23. when offered something, mostly because someone does not “like” it, always say yes please.

    If it is a can of something you don’t particularly care for, put it away for “emergency”.

    If it is a product you don’t use, sell it at a garage sale.

  24. How crazy is it that someone who is dead broke in America today can walk into a public library, get on a computer and cruise the Internet to find out what to do?
    I think the skills necessary to live in poverty are going to be very handy in a Collapse. Learning to live on government handouts will never be.

  25. A guy I know supplements his income and his preps from what he picks up on trash day.People throw out lawnmowers,bikes,washers and dryers. He goes out early and loads them in his truck.Takes them home,fixes them and resells them. Most are easy fixes too. People just don’t try to repair anything these days. He is amazed that a lot of the items still work but they bought new so the old goes in the trash.He could fill a warehouse with the decent furniture that’s tossed away.One man’s junk is another man’s treasure.
    For other items besides food garage and moving sales are great.You will literally buy needed preps for pennies on the dollar.The last 2 week ends are best because people are needing money for bills.plan hitting garage sales when you head to town for other supplies.Also after your local storm season people sell generators and equipment instead of keeping it for next year. New or slightly used equipment for half or even less of the original price.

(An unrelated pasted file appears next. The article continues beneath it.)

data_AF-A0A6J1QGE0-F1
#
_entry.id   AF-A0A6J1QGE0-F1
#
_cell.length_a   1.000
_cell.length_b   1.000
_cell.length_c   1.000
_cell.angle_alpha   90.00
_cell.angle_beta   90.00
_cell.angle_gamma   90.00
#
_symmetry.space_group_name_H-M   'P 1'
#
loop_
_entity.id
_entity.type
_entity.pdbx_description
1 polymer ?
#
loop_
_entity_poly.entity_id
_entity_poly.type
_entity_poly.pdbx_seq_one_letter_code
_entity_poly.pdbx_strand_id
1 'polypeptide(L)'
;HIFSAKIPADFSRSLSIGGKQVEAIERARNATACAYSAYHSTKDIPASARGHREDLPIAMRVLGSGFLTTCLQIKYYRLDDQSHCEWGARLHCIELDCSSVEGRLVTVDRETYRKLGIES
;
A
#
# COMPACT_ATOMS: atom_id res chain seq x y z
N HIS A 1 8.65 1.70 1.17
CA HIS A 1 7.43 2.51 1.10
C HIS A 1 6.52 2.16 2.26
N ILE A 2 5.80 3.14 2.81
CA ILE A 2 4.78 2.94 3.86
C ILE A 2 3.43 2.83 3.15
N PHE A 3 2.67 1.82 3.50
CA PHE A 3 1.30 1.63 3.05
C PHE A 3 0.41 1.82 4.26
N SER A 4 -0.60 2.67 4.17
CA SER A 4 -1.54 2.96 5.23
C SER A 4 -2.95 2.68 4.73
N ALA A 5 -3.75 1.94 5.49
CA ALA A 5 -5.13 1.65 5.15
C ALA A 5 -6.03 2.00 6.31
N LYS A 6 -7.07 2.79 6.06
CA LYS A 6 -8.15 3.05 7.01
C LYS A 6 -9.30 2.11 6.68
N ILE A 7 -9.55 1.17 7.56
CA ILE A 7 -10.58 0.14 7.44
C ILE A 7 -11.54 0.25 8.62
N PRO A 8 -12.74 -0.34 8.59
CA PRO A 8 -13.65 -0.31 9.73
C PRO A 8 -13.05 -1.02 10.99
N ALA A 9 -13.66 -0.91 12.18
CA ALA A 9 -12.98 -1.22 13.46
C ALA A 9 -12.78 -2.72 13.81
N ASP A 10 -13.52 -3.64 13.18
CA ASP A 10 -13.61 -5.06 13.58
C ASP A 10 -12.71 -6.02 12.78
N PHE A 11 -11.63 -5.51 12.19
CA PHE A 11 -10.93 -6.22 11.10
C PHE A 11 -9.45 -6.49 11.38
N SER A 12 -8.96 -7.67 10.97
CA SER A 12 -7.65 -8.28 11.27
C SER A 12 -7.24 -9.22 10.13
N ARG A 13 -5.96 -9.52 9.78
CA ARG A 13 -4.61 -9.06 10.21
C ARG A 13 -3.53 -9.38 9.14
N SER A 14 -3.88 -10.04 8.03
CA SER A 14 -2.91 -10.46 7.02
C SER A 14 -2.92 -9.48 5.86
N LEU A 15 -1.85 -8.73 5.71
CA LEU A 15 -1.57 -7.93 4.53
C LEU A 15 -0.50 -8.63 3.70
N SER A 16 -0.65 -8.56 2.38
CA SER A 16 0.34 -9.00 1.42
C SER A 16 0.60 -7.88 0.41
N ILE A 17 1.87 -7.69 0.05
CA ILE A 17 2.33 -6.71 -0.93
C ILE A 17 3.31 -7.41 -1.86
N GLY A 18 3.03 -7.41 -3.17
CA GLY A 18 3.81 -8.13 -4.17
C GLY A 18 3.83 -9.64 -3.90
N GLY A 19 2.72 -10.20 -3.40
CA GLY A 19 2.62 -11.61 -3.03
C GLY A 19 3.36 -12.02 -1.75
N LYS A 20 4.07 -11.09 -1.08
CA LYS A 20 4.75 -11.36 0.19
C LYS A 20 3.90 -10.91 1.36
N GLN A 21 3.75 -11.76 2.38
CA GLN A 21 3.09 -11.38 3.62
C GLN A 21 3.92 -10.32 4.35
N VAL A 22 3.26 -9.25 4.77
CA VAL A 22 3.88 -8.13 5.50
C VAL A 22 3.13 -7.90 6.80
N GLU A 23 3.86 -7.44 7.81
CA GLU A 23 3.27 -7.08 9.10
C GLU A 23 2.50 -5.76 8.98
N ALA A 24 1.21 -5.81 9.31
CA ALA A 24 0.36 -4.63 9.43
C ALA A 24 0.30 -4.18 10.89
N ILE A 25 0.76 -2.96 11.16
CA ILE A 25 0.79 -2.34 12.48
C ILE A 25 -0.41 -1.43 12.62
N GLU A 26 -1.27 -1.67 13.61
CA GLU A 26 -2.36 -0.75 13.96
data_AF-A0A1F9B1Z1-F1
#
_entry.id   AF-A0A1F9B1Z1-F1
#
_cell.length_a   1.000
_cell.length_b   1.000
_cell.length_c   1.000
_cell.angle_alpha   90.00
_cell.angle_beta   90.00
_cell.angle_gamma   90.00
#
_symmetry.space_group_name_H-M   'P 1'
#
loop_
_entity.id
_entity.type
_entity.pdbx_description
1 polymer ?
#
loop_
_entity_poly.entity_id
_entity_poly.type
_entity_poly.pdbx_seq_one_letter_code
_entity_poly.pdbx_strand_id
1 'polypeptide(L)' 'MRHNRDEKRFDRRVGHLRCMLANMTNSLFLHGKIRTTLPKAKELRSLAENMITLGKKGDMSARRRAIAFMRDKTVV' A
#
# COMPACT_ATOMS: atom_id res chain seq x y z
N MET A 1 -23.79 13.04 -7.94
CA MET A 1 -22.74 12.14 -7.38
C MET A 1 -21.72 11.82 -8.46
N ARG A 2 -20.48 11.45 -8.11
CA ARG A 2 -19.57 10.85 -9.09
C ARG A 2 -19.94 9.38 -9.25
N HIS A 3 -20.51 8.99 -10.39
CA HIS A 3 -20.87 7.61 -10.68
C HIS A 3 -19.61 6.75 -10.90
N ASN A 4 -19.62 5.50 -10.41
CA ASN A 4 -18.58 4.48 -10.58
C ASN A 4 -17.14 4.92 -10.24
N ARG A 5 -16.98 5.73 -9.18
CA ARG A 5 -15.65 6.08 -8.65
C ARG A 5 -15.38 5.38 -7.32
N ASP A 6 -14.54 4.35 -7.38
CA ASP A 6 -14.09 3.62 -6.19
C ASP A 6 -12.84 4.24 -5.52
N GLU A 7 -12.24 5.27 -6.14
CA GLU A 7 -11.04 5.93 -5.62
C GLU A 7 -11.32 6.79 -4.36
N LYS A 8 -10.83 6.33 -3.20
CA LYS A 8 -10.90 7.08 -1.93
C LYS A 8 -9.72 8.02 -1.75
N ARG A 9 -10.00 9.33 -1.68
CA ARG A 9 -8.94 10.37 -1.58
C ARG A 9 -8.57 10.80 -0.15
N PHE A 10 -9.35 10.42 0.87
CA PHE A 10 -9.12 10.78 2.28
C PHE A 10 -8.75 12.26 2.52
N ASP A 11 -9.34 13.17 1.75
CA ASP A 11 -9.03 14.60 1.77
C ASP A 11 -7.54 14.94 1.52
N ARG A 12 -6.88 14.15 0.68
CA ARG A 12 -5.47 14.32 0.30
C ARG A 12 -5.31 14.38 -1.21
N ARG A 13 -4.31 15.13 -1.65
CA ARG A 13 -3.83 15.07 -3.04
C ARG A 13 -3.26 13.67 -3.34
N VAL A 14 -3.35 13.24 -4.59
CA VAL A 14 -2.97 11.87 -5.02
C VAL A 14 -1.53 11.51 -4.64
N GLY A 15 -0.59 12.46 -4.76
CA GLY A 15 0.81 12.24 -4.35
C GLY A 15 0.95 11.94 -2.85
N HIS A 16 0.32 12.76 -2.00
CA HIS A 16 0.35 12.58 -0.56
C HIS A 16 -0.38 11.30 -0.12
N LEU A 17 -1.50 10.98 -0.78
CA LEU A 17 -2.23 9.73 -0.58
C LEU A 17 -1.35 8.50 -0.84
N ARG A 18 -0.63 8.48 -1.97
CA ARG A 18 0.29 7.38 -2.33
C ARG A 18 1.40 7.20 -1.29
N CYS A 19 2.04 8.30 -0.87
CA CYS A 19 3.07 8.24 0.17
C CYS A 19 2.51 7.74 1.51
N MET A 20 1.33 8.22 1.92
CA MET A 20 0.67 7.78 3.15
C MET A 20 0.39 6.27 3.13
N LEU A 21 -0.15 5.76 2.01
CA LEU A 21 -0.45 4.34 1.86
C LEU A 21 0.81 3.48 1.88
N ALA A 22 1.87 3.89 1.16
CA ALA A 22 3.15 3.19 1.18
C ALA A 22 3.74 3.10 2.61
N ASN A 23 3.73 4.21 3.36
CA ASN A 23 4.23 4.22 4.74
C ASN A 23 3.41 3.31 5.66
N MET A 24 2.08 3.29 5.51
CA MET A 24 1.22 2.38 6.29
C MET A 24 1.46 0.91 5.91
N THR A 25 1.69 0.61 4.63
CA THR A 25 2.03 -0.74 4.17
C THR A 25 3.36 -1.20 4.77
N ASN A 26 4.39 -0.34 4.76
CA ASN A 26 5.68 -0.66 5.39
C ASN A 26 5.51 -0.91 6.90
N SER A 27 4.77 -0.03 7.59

When you are at sales ask about items you want. Many times people have them but didn’t think to add it to their sale.I personally have bought bows,arrows,guns and ammo just from asking.
    I’m constantly amazed how many people put no value on items that could ultimately preserve their lives but will “die” if they can’t get that new whizbang electronic device…

    1. My young son earned $8K one year curbside shopping. Anything that could be fixed went to the annual garage sale; otherwise we headed to the scrap yard about every two weeks and made $300-400.00. The garage sales he usually made about $2500.00 all from curbside shopping throw outs. Today he still has that $8K invested.

  26. I have tried to go to school at young age in order to stay employed at the type of job where they are always looking for people to work. I now work in healthcare within a hospital that has trouble finding people to work on odd shifts and weekends.